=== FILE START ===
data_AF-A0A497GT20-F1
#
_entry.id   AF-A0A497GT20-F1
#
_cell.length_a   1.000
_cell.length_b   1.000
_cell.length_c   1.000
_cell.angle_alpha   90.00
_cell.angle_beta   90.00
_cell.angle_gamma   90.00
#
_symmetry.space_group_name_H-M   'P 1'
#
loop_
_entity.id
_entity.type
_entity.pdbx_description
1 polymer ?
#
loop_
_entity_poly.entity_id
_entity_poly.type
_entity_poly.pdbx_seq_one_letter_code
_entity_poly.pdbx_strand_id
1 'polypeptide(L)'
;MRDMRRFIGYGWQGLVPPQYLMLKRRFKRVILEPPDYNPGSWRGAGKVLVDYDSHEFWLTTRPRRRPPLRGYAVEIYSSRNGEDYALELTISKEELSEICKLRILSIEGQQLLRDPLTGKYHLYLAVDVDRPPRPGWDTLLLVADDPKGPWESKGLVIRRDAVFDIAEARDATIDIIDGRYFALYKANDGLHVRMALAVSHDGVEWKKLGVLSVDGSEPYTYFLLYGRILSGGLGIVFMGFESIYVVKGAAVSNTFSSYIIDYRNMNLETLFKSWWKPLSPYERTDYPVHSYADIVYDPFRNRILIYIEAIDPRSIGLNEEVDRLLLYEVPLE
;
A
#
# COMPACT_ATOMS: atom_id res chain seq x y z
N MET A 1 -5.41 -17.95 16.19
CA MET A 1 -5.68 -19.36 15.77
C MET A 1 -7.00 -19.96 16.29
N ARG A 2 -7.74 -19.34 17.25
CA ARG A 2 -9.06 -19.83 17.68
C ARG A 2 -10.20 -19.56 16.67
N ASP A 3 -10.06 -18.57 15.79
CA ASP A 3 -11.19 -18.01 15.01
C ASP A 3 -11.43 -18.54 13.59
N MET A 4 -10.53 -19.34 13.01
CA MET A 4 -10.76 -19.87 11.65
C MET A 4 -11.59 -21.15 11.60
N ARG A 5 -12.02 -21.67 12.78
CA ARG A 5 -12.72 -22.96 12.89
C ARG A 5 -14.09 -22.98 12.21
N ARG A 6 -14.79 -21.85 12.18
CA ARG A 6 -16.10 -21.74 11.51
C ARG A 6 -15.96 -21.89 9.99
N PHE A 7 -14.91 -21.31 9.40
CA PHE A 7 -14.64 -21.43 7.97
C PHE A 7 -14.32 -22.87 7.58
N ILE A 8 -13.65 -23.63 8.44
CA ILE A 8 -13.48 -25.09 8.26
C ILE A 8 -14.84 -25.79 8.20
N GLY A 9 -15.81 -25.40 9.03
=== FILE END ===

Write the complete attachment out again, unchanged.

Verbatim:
data_AF-A0A497GT20-F1
#
_entry.id   AF-A0A497GT20-F1
#
_cell.length_a   1.000
_cell.length_b   1.000
_cell.length_c   1.000
_cell.angle_alpha   90.00
_cell.angle_beta   90.00
_cell.angle_gamma   90.00
#
_symmetry.space_group_name_H-M   'P 1'
#
loop_
_entity.id
_entity.type
_entity.pdbx_description
1 polymer ?
#
loop_
_entity_poly.entity_id
_entity_poly.type
_entity_poly.pdbx_seq_one_letter_code
_entity_poly.pdbx_strand_id
1 'polypeptide(L)'
;MRDMRRFIGYGWQGLVPPQYLMLKRRFKRVILEPPDYNPGSWRGAGKVLVDYDSHEFWLTTRPRRRPPLRGYAVEIYSSRNGEDYALELTISKEELSEICKLRILSIEGQQLLRDPLTGKYHLYLAVDVDRPPRPGWDTLLLVADDPKGPWESKGLVIRRDAVFDIAEARDATIDIIDGRYFALYKANDGLHVRMALAVSHDGVEWKKLGVLSVDGSEPYTYFLLYGRILSGGLGIVFMGFESIYVVKGAAVSNTFSSYIIDYRNMNLETLFKSWWKPLSPYERTDYPVHSYADIVYDPFRNRILIYIEAIDPRSIGLNEEVDRLLLYEVPLE
;
A
#
# COMPACT_ATOMS: atom_id res chain seq x y z
N MET A 1 -5.41 -17.95 16.19
CA MET A 1 -5.68 -19.36 15.77
C MET A 1 -7.00 -19.96 16.29
N ARG A 2 -7.74 -19.34 17.25
CA ARG A 2 -9.06 -19.83 17.68
C ARG A 2 -10.20 -19.56 16.67
N ASP A 3 -10.06 -18.57 15.79
CA ASP A 3 -11.19 -18.01 15.01
C ASP A 3 -11.43 -18.54 13.59
N MET A 4 -10.53 -19.34 13.01
CA MET A 4 -10.76 -19.87 11.65
C MET A 4 -11.59 -21.15 11.60
N ARG A 5 -12.02 -21.67 12.78
CA ARG A 5 -12.72 -22.96 12.89
C ARG A 5 -14.09 -22.98 12.21
N ARG A 6 -14.79 -21.85 12.18
CA ARG A 6 -16.10 -21.74 11.51
C ARG A 6 -15.96 -21.89 9.99
N PHE A 7 -14.91 -21.31 9.40
CA PHE A 7 -14.64 -21.43 7.97
C PHE A 7 -14.32 -22.87 7.58
N ILE A 8 -13.65 -23.63 8.44
CA ILE A 8 -13.48 -25.09 8.26
C ILE A 8 -14.84 -25.79 8.20
N GLY A 9 -15.81 -25.40 9.03